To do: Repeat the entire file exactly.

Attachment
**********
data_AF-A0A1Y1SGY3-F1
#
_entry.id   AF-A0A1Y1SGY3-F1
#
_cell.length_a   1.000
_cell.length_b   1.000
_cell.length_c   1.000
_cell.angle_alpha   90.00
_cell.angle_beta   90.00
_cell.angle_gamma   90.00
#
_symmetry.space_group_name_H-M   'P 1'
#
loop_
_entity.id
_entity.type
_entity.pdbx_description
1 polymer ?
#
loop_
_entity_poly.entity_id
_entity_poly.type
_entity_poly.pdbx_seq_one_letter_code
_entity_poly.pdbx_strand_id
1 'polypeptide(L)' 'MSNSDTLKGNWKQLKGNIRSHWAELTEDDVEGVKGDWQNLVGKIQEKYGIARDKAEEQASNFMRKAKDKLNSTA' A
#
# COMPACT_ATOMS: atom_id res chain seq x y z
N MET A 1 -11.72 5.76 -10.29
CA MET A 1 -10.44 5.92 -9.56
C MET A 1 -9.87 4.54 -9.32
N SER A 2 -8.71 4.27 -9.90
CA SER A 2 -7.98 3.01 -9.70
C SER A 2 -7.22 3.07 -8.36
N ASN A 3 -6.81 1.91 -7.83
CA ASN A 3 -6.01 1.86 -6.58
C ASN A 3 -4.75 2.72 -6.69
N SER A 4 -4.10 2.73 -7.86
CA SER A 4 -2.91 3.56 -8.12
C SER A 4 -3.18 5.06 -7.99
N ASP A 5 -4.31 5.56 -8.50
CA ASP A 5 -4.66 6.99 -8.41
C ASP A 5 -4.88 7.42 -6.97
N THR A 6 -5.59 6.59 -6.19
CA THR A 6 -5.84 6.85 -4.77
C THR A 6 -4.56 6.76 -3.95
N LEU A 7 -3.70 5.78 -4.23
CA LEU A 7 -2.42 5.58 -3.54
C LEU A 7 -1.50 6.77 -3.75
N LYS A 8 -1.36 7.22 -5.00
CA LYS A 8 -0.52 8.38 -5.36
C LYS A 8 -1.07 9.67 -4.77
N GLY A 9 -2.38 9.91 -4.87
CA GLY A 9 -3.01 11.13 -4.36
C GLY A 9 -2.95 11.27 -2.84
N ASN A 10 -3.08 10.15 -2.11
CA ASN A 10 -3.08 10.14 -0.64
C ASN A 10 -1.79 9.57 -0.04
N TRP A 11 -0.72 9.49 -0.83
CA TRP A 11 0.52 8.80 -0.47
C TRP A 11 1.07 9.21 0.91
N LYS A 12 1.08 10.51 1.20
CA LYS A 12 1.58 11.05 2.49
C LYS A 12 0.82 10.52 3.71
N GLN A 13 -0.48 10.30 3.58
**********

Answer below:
data_AF-A0A1Y1SGY3-F1
#
_entry.id   AF-A0A1Y1SGY3-F1
#
_cell.length_a   1.000
_cell.length_b   1.000
_cell.length_c   1.000
_cell.angle_alpha   90.00
_cell.angle_beta   90.00
_cell.angle_gamma   90.00
#
_symmetry.space_group_name_H-M   'P 1'
#
loop_
_entity.id
_entity.type
_entity.pdbx_description
1 polymer ?
#
loop_
_entity_poly.entity_id
_entity_poly.type
_entity_poly.pdbx_seq_one_letter_code
_entity_poly.pdbx_strand_id
1 'polypeptide(L)' 'MSNSDTLKGNWKQLKGNIRSHWAELTEDDVEGVKGDWQNLVGKIQEKYGIARDKAEEQASNFMRKAKDKLNSTA' A
#
# COMPACT_ATOMS: atom_id res chain seq x y z
N MET A 1 -11.72 5.76 -10.29
CA MET A 1 -10.44 5.92 -9.56
C MET A 1 -9.87 4.54 -9.32
N SER A 2 -8.71 4.27 -9.90
CA SER A 2 -7.98 3.01 -9.70
C SER A 2 -7.22 3.07 -8.36
N ASN A 3 -6.81 1.91 -7.83
CA ASN A 3 -6.01 1.86 -6.58
C ASN A 3 -4.75 2.72 -6.69
N SER A 4 -4.10 2.73 -7.86
CA SER A 4 -2.91 3.56 -8.12
C SER A 4 -3.18 5.06 -7.99
N ASP A 5 -4.31 5.56 -8.50
CA ASP A 5 -4.66 6.99 -8.41
C ASP A 5 -4.88 7.42 -6.97
N THR A 6 -5.59 6.59 -6.19
CA THR A 6 -5.84 6.85 -4.77
C THR A 6 -4.56 6.76 -3.95
N LEU A 7 -3.70 5.78 -4.23
CA LEU A 7 -2.42 5.58 -3.54
C LEU A 7 -1.50 6.77 -3.75
N LYS A 8 -1.36 7.22 -5.00
CA LYS A 8 -0.52 8.38 -5.36
C LYS A 8 -1.07 9.67 -4.77
N GLY A 9 -2.38 9.91 -4.87
CA GLY A 9 -3.01 11.13 -4.36
C GLY A 9 -2.95 11.27 -2.84
N ASN A 10 -3.08 10.15 -2.11
CA ASN A 10 -3.08 10.14 -0.64
C ASN A 10 -1.79 9.57 -0.04
N TRP A 11 -0.72 9.49 -0.83
CA TRP A 11 0.52 8.80 -0.47
C TRP A 11 1.07 9.21 0.91
N LYS A 12 1.08 10.51 1.20
CA LYS A 12 1.58 11.05 2.49
C LYS A 12 0.82 10.52 3.71
N GLN A 13 -0.48 10.30 3.58